Oluwadamilola Oguntuyo ‘26 searched for a room on Brown University’s campus that housed the first day of a science conference focused on establishing data to address social justice.
As she walked through the hallway, she noticed people close to her age. But when the Delaware native entered the conference room, she immediately felt out of place.
“Everyone looked grown,” Oguntuyo said. “I was, like, dang, they are all professors, scientists, mathematicians. That was pretty intimidating. I just finished my first year and I was put in a room with such great people with Ph.D.s, masters, everything.”
As a woman of color majoring in computer science and mathematics — fields dominated by white men — it’s a sentiment she knew too well, often described as imposter syndrome. Oguntuyo now felt like an outsider because of her age.
However, those professors, scientists and mathematicians in the room knew she belonged, specifically, Holy Cross visiting instructor Kiara Sanchez ‘18.
In the classroom as Oguntuyo’s teacher, Sanchez saw her student’s potential in Calculus 1 and 2 courses. As a mentor for summer research, Sanchez witnessed Oguntuyo’s initiative in recognizing an issue and looking toward science to solve it. She saw Oguntuyo’s passion for learning and envisioned a future in science for Oguntuyo where she could thrive.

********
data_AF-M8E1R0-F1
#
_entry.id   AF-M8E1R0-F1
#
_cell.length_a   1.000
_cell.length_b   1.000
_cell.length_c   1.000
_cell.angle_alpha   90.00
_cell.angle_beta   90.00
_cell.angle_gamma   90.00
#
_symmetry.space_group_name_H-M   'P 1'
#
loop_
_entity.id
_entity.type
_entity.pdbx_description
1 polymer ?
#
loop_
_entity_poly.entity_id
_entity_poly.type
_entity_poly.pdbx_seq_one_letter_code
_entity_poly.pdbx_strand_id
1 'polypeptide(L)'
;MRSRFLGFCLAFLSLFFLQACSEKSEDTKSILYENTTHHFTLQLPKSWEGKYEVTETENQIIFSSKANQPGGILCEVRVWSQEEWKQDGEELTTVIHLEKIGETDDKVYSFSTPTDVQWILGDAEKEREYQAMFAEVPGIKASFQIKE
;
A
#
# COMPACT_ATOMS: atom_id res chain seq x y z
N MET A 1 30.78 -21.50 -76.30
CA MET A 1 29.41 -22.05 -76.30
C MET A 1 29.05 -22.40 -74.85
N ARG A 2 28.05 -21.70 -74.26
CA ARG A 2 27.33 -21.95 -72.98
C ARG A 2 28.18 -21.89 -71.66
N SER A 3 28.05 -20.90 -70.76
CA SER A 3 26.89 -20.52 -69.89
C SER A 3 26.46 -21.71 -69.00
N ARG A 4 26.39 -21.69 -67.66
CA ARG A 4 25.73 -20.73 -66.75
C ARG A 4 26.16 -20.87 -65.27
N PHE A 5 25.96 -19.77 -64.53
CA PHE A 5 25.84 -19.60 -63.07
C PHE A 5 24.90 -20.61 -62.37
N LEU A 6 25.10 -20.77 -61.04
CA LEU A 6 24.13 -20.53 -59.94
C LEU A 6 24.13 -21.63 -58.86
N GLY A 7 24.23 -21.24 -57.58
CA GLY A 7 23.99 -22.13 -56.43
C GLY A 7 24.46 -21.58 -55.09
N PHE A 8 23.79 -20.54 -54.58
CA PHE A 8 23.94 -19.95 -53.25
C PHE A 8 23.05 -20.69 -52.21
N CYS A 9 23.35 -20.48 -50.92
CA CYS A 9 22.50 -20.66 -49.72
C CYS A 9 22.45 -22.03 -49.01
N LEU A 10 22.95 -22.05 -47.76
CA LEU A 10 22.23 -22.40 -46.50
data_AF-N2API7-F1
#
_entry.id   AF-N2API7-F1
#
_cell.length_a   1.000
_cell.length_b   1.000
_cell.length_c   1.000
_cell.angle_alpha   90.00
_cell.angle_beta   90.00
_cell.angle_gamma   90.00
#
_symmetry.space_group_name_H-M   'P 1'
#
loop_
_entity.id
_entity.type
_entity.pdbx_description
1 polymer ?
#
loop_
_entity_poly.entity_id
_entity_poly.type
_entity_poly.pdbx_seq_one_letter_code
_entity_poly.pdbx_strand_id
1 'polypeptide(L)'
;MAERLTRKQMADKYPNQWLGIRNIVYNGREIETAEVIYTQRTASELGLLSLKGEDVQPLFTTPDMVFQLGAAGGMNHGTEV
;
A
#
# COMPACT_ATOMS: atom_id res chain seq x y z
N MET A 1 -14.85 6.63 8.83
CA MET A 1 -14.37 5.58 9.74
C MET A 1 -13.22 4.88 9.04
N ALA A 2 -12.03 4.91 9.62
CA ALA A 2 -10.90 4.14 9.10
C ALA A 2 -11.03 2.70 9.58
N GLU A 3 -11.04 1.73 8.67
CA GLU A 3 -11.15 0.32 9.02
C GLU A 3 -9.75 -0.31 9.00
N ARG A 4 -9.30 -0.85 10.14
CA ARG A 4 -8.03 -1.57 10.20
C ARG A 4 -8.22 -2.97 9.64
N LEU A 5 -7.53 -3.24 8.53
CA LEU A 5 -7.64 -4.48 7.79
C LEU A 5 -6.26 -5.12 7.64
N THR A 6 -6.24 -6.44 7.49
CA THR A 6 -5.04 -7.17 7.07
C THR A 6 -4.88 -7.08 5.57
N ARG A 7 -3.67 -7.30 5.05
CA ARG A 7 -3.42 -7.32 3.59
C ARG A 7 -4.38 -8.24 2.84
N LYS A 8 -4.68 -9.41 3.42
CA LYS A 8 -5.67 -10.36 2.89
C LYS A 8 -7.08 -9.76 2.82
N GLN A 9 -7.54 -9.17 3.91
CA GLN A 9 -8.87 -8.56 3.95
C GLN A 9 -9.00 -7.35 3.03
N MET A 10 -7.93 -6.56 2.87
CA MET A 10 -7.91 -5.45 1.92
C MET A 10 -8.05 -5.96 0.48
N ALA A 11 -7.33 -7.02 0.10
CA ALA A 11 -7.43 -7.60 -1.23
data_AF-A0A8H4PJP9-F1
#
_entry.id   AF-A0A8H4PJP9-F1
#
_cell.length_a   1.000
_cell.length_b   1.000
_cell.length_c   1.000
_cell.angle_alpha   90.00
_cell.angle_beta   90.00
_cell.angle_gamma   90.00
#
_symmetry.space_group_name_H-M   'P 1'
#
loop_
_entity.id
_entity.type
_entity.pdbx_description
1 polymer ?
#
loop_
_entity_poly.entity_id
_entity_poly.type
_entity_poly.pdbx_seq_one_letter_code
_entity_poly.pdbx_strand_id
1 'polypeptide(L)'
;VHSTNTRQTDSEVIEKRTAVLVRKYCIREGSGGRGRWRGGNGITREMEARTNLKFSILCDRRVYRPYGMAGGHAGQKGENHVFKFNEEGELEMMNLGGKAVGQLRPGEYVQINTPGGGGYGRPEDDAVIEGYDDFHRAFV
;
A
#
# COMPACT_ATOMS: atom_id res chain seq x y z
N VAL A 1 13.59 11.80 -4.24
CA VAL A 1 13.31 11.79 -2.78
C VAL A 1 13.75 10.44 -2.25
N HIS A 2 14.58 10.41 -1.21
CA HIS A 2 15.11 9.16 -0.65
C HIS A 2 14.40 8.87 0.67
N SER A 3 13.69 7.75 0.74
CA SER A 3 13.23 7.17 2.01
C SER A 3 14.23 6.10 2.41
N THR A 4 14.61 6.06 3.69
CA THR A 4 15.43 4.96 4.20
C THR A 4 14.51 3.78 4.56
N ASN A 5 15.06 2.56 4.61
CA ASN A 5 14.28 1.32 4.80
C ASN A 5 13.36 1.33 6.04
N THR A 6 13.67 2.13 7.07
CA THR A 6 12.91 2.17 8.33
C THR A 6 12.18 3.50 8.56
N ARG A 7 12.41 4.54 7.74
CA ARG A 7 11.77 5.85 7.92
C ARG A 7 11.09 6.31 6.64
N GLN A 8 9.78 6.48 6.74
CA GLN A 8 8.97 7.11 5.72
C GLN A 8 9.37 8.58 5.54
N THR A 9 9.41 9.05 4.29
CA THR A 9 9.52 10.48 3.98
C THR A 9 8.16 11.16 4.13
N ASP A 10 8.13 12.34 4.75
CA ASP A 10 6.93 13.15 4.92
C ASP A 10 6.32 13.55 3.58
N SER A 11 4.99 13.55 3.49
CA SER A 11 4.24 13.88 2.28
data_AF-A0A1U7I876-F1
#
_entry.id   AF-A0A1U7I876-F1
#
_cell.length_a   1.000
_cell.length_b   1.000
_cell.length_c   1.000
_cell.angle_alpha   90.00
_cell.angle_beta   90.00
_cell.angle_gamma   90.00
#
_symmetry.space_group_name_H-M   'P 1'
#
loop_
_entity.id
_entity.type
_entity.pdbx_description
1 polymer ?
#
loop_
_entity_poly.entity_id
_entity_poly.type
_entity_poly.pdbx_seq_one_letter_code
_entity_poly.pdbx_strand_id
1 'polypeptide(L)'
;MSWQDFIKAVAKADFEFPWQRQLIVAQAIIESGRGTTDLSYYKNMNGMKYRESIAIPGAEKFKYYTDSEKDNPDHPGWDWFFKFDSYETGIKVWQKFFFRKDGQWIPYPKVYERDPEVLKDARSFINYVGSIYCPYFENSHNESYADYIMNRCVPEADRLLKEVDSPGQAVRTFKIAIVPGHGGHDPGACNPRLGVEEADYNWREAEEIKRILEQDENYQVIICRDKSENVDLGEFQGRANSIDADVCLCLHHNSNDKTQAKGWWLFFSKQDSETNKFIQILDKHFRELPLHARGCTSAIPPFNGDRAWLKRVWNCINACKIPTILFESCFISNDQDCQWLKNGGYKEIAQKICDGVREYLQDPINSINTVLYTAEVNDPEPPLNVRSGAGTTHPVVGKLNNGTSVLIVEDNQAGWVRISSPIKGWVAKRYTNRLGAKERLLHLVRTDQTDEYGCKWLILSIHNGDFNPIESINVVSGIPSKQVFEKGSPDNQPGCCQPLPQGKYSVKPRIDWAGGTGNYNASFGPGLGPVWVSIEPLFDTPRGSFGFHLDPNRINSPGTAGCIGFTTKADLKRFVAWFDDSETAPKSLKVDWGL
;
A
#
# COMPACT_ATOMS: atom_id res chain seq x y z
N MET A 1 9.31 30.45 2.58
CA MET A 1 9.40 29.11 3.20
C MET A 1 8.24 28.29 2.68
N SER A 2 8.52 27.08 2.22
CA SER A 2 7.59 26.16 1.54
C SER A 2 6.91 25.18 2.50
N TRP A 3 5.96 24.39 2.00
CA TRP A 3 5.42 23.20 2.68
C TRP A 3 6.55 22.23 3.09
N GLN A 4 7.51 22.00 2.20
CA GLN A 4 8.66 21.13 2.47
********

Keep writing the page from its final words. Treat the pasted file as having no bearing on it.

Together, they embarked on a summer 2023 research project examining why underrepresented populations leave science, technology, engineering and math programs. When the Institute for Computational and Experimental Research in Mathematics (ICERM) summer conference involved connecting data to social justice, Sanchez knew Oguntuyo should not only attend but also contribute.
“She learned that she can do things even if she hasn’t seen people where she’s from in those roles; that’s what I’m most proud of,” Sanchez said.